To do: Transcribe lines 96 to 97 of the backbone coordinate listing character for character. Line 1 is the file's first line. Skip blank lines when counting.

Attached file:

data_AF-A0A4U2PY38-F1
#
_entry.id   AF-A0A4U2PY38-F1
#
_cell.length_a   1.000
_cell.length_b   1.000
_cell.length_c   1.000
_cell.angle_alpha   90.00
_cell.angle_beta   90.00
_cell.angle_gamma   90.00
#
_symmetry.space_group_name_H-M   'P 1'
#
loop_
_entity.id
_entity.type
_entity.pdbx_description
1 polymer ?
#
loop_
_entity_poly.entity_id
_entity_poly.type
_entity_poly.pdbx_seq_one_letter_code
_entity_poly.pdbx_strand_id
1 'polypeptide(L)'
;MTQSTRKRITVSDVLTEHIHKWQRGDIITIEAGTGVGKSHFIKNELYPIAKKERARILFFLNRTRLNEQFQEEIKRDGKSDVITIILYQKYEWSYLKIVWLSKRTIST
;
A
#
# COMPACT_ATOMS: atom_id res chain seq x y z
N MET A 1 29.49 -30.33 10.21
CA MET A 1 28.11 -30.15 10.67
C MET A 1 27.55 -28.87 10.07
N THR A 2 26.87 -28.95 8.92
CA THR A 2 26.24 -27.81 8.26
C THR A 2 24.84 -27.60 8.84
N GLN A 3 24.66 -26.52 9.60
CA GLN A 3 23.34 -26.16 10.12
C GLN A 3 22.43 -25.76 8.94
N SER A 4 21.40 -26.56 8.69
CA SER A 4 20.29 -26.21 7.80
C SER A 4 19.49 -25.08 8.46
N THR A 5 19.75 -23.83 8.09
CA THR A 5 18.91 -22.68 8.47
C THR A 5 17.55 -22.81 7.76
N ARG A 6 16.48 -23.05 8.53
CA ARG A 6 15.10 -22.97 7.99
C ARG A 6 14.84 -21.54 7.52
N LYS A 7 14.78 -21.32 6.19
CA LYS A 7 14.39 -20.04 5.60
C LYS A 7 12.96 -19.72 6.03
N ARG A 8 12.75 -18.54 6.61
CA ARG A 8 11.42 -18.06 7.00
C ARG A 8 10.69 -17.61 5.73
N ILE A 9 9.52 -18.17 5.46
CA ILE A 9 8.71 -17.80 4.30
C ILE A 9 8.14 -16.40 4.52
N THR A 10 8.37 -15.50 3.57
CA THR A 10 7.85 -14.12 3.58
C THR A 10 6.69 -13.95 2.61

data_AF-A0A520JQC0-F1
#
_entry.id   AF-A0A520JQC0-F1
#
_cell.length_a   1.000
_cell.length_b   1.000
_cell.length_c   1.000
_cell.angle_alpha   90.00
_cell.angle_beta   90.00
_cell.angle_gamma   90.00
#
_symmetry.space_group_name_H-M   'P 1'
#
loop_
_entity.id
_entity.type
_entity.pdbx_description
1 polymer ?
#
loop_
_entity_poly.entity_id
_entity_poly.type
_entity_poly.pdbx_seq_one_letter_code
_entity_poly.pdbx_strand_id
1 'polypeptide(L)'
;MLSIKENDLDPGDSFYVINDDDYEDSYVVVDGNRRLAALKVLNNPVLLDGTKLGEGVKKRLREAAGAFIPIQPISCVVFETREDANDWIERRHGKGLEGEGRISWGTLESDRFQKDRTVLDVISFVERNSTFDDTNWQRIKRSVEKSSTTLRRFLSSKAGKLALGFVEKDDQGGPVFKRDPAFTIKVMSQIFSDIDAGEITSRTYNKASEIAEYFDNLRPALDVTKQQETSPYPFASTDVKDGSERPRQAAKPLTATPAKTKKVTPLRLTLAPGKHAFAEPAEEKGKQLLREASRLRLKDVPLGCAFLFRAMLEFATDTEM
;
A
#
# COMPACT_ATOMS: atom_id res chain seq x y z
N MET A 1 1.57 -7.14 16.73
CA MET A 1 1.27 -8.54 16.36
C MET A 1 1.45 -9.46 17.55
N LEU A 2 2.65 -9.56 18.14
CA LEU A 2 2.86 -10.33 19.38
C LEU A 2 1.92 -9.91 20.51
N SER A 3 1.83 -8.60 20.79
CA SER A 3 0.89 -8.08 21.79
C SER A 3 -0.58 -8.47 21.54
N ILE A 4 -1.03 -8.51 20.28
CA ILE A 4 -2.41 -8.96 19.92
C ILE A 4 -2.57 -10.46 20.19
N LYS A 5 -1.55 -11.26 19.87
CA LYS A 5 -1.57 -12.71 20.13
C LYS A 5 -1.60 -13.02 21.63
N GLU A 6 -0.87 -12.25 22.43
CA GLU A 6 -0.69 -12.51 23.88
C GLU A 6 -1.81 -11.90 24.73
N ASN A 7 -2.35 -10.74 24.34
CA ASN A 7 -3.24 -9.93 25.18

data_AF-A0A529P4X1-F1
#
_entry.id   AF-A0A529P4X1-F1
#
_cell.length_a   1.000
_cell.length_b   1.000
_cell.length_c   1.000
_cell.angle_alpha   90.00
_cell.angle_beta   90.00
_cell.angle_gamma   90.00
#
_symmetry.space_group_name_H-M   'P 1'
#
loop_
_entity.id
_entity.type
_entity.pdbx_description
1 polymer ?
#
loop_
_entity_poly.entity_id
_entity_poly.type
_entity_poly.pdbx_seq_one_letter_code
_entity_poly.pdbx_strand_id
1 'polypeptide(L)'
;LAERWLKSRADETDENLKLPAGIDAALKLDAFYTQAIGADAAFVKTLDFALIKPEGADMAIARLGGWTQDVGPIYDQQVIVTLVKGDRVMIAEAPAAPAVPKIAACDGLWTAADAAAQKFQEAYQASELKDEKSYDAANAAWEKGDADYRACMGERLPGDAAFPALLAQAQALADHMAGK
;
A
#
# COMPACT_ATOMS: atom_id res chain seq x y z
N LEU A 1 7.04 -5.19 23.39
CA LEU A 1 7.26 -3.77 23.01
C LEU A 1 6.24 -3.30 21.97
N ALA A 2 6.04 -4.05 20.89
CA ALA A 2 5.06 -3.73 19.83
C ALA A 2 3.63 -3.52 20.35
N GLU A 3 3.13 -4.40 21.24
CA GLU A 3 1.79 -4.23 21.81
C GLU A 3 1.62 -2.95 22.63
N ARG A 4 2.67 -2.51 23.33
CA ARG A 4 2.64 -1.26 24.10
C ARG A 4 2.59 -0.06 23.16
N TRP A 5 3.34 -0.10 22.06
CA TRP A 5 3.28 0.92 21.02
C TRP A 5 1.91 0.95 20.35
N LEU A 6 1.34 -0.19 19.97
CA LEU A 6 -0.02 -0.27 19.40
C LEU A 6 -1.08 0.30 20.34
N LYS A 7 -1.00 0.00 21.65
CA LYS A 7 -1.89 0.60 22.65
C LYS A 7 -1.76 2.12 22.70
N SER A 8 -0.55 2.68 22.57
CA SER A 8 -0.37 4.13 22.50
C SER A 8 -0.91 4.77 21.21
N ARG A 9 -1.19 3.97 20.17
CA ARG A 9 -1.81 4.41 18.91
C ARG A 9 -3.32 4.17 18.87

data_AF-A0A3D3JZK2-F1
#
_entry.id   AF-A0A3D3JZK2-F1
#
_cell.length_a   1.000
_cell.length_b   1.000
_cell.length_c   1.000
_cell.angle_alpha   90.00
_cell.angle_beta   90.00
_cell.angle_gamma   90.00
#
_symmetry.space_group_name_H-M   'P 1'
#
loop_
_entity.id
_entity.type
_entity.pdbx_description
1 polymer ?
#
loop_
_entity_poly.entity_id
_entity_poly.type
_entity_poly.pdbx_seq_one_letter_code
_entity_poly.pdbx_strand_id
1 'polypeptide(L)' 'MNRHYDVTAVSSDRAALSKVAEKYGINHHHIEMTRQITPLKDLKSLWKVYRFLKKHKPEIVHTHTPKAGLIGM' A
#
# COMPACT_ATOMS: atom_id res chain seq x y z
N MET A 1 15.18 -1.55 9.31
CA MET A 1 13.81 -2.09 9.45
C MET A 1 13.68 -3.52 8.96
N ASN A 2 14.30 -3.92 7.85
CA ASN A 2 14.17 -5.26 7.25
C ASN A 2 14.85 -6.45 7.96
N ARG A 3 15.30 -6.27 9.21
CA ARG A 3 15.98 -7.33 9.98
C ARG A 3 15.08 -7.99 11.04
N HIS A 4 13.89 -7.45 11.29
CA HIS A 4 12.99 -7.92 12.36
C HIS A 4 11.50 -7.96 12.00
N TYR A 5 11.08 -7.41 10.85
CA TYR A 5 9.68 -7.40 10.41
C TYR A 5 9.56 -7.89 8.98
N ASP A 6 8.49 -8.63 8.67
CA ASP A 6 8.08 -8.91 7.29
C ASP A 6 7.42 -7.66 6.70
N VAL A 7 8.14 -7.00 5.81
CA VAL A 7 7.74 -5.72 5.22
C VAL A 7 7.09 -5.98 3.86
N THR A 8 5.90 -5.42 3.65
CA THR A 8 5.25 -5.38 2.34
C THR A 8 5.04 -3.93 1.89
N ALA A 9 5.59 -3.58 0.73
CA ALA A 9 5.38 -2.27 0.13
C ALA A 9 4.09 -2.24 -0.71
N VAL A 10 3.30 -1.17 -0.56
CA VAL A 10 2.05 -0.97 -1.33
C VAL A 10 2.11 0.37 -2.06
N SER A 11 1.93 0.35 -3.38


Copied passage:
C LEU A 2 1.92 -9.91 20.51
N SER A 3 1.83 -8.60 20.79